Boswell, Oconomowoc's Books & Company, and the Sharon Lynne Wilson Center for the Arts presents a ticketed event with Paula McLain, author of The Paris Wife and her new novel Love and Ruin. Tickets are $32 and include the book. Visit mclain.bpt.me to purchase. Please note that buying a book on this website is not a ticket for admission. You must visit the Brown Paper Tickets website.— Boswell Book Company
In her new novel, Paula McLain captures a period in time when the world fell apart again and again. Ernest Hemingway, the foremost writer of the day, and Martha Gellhorn, who forged a path for women in journalism, had an immediate connection. Together, it was one of the twentieth century’s most tempestuous relationships. Was she overwhelmed by his fame to become the doting wife of a man set in his ways? Was he overwhelmed by her efforts to build a successful career and not bow to his expectations? Clashing egos, Hemingway’s headline-grabbing betrayal, and Gellhorn’s ultimate success by reclaiming her identity (and her name) are all captured perfectly by McLain. Love and Ruin is the story of one woman who refused play the role of footnoted wife.— Jane Glaser
The bestselling author of The Paris Wife returns to the subject of Ernest Hemingway in a novel about his passionate, stormy marriage to Martha Gellhorn--a fiercely independent, ambitious young woman who would become one of the greatest war correspondents of the twentieth century. In 1937, twenty-eight-year-old Martha Gellhorn travels alone to Madrid to report on the atrocities of the Spanish Civil War and becomes drawn to the stories of ordinary people caught in the devastating conflict. It's the adventure she's been looking for and her chance to prove herself a worthy journalist in a field dominated by men. But she also finds herself unexpectedly--and uncontrollably--falling in love with Hemingway, a man on his way to becoming a legend. In the shadow of the impending Second World War, and set against the turbulent backdrops of Madrid and Cuba, Martha and Ernest's relationship and their professional careers ignite. But when Ernest publishes the biggest literary success of his career, For Whom the Bell Tolls, they are no longer equals, and Martha must make a choice: surrender to the confining demands of being a famous man's wife or risk losing Ernest by forging a path as her own woman and writer. It is a dilemma that could force her to break his heart, and hers. Heralded by Ann Patchett as "the new star of historical fiction," Paula McLain brings Gellhorn's story richly to life and captures her as a heroine for the ages: a woman who will risk absolutely everything to find her own voice.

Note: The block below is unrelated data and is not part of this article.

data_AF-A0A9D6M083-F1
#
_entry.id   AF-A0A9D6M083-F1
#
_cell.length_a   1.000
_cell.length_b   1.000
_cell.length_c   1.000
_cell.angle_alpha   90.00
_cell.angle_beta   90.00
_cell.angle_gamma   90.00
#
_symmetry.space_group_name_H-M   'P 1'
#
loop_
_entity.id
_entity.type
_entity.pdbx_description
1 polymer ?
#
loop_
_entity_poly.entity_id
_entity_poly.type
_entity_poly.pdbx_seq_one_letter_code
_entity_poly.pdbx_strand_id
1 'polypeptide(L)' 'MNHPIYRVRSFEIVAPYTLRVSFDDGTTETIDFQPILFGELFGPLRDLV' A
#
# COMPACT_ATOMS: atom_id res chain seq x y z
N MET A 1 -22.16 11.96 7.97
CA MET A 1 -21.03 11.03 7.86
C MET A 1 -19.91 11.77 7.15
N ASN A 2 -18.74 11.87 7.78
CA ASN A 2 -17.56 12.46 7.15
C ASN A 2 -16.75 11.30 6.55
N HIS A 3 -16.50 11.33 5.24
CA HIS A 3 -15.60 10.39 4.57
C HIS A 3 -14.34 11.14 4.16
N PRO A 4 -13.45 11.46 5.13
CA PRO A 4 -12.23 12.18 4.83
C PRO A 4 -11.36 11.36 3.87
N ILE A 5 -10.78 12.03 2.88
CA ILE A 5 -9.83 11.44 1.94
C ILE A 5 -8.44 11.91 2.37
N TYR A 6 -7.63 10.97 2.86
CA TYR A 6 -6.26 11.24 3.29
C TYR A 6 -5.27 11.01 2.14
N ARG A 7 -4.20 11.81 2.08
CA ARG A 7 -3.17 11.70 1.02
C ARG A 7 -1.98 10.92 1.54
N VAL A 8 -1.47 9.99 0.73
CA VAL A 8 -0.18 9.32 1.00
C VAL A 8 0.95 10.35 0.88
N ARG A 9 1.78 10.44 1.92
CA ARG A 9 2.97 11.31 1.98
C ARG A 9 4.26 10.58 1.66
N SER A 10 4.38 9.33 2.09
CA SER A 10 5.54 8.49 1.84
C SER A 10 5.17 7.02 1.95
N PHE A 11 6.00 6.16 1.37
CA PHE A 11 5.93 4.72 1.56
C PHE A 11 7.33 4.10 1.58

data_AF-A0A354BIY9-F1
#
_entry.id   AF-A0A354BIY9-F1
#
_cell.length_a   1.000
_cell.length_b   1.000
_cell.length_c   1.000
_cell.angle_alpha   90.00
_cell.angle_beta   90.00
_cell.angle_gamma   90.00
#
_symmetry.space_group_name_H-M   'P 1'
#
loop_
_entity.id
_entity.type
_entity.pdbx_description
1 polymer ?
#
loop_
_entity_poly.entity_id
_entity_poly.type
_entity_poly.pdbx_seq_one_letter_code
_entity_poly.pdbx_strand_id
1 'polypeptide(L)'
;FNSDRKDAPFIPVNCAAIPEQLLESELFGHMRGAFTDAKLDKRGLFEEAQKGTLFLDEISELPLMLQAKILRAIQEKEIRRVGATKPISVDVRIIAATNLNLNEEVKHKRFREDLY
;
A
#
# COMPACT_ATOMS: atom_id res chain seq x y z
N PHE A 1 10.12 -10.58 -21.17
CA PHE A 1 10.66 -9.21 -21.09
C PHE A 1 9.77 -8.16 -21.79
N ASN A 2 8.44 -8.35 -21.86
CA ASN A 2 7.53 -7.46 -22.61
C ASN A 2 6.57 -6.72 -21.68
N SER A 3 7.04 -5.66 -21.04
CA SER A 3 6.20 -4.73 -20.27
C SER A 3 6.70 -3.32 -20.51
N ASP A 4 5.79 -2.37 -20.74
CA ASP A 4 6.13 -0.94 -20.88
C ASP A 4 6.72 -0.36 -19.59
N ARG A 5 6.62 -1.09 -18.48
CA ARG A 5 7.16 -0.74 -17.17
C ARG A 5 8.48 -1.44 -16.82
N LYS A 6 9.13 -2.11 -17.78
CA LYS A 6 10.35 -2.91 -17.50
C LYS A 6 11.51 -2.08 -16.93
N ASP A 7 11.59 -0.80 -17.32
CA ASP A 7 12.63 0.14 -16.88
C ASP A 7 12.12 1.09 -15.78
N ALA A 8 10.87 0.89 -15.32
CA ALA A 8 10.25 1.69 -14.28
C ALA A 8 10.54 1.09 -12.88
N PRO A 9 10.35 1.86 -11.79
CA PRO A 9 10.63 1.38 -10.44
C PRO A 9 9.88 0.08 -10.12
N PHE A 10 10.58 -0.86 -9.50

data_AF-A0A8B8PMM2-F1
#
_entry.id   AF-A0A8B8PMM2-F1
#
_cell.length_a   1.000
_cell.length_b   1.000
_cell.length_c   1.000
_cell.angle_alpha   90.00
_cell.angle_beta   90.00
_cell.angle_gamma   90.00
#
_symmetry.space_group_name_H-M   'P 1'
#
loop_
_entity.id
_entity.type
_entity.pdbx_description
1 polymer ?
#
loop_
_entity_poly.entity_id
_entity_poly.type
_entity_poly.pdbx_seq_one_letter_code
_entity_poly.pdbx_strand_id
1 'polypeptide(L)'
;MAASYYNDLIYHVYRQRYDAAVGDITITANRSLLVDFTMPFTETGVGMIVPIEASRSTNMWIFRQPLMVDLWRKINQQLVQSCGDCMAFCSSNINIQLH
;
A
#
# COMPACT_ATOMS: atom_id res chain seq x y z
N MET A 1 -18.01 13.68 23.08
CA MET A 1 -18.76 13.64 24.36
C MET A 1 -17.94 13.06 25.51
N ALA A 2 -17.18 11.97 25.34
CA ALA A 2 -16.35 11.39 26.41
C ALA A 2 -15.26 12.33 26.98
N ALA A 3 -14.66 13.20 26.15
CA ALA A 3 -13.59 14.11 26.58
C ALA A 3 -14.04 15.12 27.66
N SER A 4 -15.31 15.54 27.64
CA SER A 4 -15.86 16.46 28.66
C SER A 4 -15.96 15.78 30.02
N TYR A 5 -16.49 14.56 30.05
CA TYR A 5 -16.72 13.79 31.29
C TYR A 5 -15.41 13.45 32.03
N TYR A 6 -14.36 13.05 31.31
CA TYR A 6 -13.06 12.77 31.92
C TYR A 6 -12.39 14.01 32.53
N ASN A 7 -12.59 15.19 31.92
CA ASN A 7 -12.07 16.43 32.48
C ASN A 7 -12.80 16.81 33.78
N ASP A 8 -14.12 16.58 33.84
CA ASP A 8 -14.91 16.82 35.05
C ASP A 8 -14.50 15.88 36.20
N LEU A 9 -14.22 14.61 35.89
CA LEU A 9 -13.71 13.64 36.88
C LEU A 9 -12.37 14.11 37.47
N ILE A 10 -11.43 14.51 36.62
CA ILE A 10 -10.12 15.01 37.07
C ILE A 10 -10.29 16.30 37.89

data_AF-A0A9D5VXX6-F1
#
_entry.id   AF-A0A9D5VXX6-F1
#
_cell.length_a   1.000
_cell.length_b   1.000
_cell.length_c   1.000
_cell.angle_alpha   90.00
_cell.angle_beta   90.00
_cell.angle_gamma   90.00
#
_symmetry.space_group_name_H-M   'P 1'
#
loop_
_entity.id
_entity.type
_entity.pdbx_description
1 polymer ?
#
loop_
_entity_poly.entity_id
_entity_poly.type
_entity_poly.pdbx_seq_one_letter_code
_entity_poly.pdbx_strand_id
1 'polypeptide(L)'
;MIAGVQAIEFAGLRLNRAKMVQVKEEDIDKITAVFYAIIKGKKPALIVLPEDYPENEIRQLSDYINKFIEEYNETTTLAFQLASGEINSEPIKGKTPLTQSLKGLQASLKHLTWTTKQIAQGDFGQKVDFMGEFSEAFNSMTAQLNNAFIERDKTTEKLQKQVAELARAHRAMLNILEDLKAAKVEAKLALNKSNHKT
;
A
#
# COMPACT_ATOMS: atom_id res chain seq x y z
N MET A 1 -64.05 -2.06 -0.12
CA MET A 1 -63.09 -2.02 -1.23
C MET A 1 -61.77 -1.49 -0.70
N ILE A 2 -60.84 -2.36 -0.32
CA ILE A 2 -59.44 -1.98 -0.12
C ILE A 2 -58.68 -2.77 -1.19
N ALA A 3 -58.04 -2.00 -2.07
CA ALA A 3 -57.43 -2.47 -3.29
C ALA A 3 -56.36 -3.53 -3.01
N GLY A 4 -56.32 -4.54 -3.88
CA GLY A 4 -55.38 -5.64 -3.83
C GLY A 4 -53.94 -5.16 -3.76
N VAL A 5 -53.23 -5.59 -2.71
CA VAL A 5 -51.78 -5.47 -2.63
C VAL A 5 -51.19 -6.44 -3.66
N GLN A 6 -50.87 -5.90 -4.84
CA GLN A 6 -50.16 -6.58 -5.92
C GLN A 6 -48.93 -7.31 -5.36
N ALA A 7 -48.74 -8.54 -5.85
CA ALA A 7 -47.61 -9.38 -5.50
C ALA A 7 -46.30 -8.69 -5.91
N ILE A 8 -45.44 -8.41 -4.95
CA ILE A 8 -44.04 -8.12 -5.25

About the Author
Paula McLain is the New York Times bestselling author of the novels Circling the Sun, The Paris Wife, and A Ticket to Ride, the memoir Like Family: Growing Up in Other People's Houses, and two collections of poetry. Her writing has appeared in The New York Times, Good Housekeeping, O: The Oprah Magazine, Town & Country, The Guardian, The Huffington Post, and elsewhere. She lives in Ohio with her family.